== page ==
Getting great value for money in South Africa and Swaziland

View of the Three Apostles Mountains from the beach in Clifton.

by Diane Harrison, St. Louis, MO

In late summer ’07, my parents and I received a brochure for a 14-day “South Africa Highlights and Safari” package from smar­Tours (New York, NY; 800/337-7773, We had traveled with them in 2006 and felt they provided excellent value for the price. We liked this smarTours’ itinerary, which sounded like a good mix of city stays and safaris, and we were interested in Swaziland, a country not visited by many tour companies. 

Making arrangements

I placed a query in ITN’s “Person to Person” section and received almost 20 responses, many of them from travelers who had visited South Africa with smarTours. We also studied AAA’s “Essential South Africa” and the Insight FlexiMap of South Africa.

We decided to travel Oct. 7-20, 2008, because we wanted to see the spring flowers while avoiding the rainy season in Cape Town and Johannesburg.

With the early-booking discount, the cost was $2,799 per person, double occupancy, from New York plus $195 in departure and airport taxes and fees and $99 for travel insurance. The tour included daily breakfasts, two lunches and five dinners. 

On Oct. 7 we flew from New York’s John F. Kennedy Airport to Johannesburg’s O.R. Tambo International Airport. The 16-hour South African Airways flight was smooth and the service, good. After a short layover, we flew another two hours to Cape Town. 

Cape Town

Our guide, Ron McGregor (personal website, of Springbok Atlas, smarTours’ ground operator in South Africa, met our group of 34 at the airport.

Hluhluwe Hotel and Safaris, our lodge in Zululand.

Ron stayed with us for the entire trip and was an excellent guide. As a native South African, Ron provided wonderful insights into his country’s history as well as invaluable tips on food, water (safe to drink) and safety. 

In Cape Town we stayed at the Protea Hotel President in Bantry Bay. All of our hotels were great, but the Protea President was a real treat. Our rooms were suites with partial kitchens, the pool was beautiful and the restaurant was very good. 

We spent three full days in Cape Town and found the places we visited to be clean and safe. There is a reliable shuttle bus that runs along Beach Road from the Victoria & Alfred Waterfront to Bantry Bay, and we used it twice (R4.20, or about 50¢, one way). We also used a private shuttle bus (R5 one way). Private shuttle buses are a small industry in South Africa, but they may not be safe outside of the major tourist areas.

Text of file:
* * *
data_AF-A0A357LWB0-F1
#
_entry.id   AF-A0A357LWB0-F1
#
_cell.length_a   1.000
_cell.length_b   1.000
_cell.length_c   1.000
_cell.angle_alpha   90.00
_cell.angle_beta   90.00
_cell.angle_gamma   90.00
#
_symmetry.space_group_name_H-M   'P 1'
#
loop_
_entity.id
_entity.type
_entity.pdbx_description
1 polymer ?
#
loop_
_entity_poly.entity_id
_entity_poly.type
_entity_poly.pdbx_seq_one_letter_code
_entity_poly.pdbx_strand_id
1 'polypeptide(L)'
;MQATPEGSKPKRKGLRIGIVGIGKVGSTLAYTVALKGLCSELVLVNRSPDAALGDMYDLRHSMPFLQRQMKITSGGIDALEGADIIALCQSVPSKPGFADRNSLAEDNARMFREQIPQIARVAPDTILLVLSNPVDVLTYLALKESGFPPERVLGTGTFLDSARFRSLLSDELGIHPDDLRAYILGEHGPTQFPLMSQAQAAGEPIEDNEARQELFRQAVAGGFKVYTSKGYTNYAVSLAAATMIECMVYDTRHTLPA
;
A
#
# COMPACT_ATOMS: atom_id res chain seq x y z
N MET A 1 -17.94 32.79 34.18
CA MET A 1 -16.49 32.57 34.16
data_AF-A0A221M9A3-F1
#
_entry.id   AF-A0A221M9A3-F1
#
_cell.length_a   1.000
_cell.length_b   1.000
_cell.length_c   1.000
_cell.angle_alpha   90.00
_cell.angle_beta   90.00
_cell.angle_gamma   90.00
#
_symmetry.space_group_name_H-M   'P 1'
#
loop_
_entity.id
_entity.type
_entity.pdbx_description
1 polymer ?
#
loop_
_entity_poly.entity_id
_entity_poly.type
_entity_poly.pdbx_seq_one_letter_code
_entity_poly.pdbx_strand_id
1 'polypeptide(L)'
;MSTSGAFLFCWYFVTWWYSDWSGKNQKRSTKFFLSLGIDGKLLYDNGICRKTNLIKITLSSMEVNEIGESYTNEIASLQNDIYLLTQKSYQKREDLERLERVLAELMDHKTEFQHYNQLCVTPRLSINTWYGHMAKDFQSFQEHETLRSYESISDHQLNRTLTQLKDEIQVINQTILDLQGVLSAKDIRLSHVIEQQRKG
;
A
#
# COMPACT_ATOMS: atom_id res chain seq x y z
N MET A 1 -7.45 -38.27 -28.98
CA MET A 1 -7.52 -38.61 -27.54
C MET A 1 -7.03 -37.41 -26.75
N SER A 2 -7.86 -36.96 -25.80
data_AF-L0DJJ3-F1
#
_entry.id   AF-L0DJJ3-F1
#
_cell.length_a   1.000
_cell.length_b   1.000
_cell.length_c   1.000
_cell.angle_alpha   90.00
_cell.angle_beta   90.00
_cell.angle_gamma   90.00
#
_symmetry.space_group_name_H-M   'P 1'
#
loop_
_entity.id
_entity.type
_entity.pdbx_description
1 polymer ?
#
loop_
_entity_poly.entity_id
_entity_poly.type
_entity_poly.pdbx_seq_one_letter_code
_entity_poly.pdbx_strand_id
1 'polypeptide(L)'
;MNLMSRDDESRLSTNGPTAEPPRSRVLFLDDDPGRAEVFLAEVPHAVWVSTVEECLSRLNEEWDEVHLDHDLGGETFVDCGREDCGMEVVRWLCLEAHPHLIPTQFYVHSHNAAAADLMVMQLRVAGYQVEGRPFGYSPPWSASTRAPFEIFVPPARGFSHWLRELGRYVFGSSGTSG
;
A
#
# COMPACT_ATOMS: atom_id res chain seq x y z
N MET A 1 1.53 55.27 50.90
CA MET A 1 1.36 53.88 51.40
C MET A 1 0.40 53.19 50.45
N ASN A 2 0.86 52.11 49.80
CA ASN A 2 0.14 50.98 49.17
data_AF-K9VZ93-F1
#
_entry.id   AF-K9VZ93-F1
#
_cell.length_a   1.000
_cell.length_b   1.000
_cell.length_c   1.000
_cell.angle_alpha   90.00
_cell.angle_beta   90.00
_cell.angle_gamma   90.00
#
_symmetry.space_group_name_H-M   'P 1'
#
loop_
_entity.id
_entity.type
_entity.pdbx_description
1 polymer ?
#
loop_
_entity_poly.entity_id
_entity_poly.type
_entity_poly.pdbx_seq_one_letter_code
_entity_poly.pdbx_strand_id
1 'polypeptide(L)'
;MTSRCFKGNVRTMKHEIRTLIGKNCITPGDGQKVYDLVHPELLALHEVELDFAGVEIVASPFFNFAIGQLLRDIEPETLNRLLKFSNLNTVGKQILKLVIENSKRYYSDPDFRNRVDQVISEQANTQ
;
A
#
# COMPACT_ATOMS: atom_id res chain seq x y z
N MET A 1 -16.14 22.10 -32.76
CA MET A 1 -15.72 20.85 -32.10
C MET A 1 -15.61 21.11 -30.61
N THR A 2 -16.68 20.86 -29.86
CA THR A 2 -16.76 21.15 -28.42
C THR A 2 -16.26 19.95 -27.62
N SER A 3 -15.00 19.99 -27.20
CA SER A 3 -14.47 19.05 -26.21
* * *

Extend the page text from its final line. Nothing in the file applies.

We had an included half-day city sightseeing tour with a cable-car trip to the top of Table Mountain. Also included was an excursion to the Cape Peninsula. This was my favorite day of the tour.

We started at the beach in Clifton, a suburb of Cape Town, and drove through the Twelve Apostles Mountains. We visited the Cape of Good Hope Nature Reserve, where we saw wild ostriches on the beach and unique plants belonging to the Cape Floral Kingdom, then we visited the African penguin colony at Simon’s Town. On the drive back to Cape Town, we watched whales playing in the ocean close to shore. 

Some free time

On our free day in Cape Town we visited the Two Oceans Aquarium (phone +27 21 418 3823, at the waterfront. The aquarium (entry R85, or $8.50) has fish and sharks from the region as well as a small African penguin colony.

We then took a taxi from the waterfront to the Castle of Good Hope (phone +27 21 787 1260, www.castleof, which houses three different museums, including the William Fehr Collection of art. 

From the castle, we walked through downtown to the Company’s (Public) Garden and ate a delicious lunch in the Public Gardens Restaurant. Three hamburgers with French fries and hot tea totaled R130. We also visited the Garden’s Iziko South African Museum ( — entry R15), which opened in 1825 and is the oldest museum in sub-Saharan Africa. Exhibits focused on anthropology, natural history, animals, fossils and geology. 

SmarTours offered two optional tours in Cape Town: a “Cultural Heritage Tour” operated by the group Roots of Africa and a “Winelands Tour.” We did not book either tour but heard that they were informative and interesting.

On to Zululand

On day four we took a 2-hour morning flight to Durban. The city is overcrowded and poor, and the downtown area was littered with garbage, with thousands of people loitering. Our only stop was at the Durban Botanic Gardens, which had a beautiful orchid house.